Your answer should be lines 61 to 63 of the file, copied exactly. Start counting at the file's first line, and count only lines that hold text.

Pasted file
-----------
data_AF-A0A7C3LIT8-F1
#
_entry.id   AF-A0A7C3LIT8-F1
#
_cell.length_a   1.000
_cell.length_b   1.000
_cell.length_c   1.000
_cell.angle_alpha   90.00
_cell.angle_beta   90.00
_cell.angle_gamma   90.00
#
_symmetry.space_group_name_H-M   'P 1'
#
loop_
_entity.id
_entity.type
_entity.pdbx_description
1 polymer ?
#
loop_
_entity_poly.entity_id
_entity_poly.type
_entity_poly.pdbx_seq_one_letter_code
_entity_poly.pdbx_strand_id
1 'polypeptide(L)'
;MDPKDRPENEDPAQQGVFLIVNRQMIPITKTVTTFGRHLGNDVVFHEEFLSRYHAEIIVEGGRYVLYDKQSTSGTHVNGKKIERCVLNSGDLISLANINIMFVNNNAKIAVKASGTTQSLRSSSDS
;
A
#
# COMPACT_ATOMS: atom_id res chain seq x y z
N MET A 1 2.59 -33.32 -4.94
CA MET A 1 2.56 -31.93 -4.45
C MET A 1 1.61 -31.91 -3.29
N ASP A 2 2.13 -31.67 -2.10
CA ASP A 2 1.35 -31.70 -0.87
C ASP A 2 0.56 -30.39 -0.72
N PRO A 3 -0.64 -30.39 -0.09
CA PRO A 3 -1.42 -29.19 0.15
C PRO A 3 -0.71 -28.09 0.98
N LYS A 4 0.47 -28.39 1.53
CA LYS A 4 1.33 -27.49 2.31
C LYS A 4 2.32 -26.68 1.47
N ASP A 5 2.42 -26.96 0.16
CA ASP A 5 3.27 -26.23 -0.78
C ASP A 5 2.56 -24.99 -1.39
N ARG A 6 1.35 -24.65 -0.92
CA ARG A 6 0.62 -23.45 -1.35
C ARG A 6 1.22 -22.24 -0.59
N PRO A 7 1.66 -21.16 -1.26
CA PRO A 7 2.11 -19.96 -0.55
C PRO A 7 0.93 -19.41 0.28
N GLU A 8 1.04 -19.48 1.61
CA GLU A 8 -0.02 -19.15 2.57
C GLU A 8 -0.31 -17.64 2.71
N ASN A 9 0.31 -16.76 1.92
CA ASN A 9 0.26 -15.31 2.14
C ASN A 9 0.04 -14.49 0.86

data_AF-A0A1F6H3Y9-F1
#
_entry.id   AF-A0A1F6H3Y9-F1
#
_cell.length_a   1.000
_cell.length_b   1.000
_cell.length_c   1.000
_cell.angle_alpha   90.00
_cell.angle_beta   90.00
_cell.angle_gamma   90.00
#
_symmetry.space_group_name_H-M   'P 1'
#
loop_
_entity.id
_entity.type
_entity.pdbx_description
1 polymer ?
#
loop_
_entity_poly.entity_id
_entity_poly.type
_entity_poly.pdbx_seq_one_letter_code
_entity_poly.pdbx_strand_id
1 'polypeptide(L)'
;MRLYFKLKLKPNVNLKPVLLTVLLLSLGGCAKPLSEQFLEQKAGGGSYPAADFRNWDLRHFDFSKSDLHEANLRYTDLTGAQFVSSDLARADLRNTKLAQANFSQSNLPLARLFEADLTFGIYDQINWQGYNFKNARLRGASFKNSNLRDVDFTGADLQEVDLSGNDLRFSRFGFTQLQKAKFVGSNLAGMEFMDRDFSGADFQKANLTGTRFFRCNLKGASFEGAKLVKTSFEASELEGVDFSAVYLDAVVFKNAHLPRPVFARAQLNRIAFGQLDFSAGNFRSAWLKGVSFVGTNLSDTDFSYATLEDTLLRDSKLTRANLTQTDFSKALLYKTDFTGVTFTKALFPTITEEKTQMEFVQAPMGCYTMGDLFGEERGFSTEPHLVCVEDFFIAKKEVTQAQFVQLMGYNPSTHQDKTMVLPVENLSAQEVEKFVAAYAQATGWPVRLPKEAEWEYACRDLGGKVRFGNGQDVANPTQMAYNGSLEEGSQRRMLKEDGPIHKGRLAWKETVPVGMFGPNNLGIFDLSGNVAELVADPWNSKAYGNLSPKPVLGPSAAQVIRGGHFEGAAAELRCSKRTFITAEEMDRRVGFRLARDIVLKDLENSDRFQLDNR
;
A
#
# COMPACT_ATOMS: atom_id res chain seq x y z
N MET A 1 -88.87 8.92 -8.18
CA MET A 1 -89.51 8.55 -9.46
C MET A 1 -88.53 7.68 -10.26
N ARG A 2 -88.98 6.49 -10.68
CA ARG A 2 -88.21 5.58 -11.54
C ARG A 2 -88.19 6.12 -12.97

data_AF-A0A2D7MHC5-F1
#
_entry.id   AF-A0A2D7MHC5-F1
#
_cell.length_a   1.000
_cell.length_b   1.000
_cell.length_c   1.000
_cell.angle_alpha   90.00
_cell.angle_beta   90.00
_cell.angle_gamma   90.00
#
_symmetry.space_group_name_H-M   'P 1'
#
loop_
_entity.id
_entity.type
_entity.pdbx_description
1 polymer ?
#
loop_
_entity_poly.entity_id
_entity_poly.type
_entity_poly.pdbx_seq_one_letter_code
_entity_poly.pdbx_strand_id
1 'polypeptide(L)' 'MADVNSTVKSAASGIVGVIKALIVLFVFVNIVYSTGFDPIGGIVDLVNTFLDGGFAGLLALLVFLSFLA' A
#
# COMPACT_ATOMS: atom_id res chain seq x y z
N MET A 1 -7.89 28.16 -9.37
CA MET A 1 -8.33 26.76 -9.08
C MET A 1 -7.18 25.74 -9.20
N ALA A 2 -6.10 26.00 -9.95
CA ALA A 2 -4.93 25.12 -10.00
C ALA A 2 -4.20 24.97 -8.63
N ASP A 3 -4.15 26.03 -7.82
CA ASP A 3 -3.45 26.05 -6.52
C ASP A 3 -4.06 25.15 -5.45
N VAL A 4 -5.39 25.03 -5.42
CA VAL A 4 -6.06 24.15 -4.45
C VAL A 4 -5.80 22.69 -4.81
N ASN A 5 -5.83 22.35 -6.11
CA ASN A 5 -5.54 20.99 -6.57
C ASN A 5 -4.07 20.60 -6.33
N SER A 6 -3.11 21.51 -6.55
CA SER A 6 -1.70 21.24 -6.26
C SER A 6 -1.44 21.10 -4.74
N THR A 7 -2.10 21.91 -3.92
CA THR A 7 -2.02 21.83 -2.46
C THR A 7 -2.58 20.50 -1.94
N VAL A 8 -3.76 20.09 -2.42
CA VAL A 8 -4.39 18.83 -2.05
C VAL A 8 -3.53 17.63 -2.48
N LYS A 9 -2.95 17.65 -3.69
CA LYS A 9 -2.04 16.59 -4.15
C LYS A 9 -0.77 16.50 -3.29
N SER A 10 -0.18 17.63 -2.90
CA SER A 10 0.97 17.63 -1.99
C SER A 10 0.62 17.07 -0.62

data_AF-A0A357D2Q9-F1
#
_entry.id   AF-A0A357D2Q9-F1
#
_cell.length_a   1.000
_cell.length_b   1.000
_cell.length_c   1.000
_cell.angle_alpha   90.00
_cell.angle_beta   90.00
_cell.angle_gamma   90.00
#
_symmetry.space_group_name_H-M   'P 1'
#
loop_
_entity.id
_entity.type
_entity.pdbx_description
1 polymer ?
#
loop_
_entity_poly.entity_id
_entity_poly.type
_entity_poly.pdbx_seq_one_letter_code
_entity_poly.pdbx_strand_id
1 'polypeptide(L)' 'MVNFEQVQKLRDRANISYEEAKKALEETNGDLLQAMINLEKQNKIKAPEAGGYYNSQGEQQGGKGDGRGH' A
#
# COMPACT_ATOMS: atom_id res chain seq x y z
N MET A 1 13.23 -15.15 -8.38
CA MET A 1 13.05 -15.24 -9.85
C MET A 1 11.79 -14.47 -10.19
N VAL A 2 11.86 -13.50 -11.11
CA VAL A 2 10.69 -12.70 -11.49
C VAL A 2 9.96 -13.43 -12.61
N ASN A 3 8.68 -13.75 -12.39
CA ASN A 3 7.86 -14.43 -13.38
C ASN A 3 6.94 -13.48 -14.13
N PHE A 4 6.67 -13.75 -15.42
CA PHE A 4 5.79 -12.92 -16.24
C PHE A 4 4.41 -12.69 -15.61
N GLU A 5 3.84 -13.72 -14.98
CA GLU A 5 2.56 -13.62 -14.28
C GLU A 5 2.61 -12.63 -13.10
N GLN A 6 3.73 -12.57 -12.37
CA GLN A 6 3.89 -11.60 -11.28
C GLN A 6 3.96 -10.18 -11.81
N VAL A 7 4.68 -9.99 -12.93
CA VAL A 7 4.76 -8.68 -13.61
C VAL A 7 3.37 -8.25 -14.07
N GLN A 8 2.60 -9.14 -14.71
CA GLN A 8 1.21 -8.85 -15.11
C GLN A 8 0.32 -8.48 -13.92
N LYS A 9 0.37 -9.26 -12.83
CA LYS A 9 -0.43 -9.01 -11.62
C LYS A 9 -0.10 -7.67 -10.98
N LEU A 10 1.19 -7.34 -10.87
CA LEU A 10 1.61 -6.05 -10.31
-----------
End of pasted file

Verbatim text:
#
_cell.length_a   1.000
_cell.length_b   1.000